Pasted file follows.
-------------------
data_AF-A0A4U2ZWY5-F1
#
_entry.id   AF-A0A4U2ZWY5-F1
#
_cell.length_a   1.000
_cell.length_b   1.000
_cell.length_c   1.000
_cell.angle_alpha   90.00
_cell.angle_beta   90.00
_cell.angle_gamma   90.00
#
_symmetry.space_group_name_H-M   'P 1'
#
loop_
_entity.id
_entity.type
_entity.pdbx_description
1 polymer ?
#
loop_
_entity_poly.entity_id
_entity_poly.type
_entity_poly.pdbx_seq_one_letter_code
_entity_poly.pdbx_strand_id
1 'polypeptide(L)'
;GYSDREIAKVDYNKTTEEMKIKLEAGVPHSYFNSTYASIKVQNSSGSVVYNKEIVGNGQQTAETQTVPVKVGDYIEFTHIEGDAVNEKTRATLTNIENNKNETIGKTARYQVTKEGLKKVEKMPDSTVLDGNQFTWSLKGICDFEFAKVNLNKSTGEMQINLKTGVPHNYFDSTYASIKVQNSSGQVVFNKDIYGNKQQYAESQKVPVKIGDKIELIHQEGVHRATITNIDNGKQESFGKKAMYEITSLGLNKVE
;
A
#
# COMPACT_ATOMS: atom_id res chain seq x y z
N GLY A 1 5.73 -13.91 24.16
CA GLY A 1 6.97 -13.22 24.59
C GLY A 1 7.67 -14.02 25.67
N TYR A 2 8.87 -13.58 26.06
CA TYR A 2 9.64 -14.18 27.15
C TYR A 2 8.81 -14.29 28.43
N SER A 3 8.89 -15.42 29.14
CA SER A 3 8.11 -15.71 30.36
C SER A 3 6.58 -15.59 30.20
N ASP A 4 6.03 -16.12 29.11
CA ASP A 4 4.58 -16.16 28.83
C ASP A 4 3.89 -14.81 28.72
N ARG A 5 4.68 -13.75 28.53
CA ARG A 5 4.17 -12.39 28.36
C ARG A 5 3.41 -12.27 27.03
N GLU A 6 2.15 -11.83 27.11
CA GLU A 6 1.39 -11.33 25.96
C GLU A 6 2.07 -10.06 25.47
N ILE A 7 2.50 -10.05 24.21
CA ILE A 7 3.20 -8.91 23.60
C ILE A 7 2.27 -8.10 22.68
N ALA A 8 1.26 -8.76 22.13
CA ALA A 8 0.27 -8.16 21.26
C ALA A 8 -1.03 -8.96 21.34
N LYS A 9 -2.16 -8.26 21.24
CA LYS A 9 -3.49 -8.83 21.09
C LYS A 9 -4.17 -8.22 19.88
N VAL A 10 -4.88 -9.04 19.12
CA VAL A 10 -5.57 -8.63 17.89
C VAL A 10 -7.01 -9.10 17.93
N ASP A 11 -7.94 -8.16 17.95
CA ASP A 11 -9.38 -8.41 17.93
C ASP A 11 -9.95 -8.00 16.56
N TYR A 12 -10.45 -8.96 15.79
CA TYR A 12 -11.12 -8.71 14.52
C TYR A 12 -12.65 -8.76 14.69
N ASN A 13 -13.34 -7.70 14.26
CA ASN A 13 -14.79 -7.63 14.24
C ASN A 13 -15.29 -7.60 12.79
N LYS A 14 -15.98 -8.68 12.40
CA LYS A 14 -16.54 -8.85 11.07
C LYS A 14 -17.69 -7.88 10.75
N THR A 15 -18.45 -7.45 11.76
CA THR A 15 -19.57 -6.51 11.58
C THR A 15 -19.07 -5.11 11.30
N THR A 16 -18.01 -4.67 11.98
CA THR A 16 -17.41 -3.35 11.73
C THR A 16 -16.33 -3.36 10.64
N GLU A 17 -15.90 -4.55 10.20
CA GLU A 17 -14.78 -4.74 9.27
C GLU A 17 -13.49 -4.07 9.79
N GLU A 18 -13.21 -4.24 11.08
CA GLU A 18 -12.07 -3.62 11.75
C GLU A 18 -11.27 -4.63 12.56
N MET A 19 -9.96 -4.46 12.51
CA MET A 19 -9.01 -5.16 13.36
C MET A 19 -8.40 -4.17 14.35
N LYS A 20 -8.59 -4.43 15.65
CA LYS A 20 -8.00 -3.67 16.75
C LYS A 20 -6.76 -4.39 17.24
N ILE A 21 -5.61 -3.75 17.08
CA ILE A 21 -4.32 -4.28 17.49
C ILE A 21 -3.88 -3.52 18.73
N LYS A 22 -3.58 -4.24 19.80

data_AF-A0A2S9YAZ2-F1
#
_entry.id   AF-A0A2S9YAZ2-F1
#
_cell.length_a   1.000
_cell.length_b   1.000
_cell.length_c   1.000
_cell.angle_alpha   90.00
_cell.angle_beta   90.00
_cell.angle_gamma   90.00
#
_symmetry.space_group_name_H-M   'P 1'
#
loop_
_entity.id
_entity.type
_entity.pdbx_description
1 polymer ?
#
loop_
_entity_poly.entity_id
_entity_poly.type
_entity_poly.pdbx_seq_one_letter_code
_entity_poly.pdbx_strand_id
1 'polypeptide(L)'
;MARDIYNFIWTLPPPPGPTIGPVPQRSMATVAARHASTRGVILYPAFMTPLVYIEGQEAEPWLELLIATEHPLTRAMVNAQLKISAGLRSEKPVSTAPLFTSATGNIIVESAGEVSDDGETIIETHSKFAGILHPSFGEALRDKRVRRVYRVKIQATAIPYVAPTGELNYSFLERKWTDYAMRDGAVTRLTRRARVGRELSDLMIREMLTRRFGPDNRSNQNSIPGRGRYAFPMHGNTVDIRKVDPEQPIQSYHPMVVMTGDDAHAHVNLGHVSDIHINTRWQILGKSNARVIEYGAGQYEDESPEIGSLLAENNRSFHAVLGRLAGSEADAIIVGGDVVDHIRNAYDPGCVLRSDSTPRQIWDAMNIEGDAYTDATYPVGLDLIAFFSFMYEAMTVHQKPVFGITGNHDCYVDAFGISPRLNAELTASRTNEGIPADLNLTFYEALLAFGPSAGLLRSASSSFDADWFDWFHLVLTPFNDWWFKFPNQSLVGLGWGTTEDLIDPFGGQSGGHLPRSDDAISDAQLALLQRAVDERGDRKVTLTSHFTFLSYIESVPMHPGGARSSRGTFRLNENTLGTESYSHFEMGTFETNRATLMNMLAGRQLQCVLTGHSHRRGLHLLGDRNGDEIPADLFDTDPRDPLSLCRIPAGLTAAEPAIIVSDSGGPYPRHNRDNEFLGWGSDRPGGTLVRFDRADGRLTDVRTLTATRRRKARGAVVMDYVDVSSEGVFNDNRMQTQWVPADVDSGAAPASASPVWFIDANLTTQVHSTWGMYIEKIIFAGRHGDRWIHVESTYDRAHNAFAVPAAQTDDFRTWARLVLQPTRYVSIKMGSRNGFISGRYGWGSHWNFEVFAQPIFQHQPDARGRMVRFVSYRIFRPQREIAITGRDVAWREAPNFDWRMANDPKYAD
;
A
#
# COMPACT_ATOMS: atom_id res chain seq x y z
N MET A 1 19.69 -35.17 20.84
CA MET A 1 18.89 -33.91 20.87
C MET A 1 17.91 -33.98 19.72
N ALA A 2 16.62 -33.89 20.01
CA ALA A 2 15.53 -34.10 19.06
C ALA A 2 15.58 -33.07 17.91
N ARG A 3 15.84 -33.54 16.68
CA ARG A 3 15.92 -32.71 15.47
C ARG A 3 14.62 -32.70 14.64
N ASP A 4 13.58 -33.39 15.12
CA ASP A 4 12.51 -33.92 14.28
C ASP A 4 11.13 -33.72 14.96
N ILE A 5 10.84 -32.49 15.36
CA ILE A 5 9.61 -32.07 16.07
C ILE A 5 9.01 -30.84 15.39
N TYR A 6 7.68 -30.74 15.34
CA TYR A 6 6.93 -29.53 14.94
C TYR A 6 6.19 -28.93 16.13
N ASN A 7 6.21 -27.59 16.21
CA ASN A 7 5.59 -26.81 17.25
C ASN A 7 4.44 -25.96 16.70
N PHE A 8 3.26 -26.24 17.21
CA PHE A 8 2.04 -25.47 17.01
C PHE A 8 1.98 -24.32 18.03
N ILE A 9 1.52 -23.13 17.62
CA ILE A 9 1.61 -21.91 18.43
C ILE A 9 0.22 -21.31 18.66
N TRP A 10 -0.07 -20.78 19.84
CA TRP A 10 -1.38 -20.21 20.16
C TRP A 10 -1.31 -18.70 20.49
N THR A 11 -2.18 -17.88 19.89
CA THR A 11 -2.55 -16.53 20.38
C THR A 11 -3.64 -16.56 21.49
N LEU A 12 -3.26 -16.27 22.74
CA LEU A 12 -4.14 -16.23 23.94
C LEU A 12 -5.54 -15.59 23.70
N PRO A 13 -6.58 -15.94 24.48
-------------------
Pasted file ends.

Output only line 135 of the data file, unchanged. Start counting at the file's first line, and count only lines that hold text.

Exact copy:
CA ASP A 4 12.51 -33.92 14.28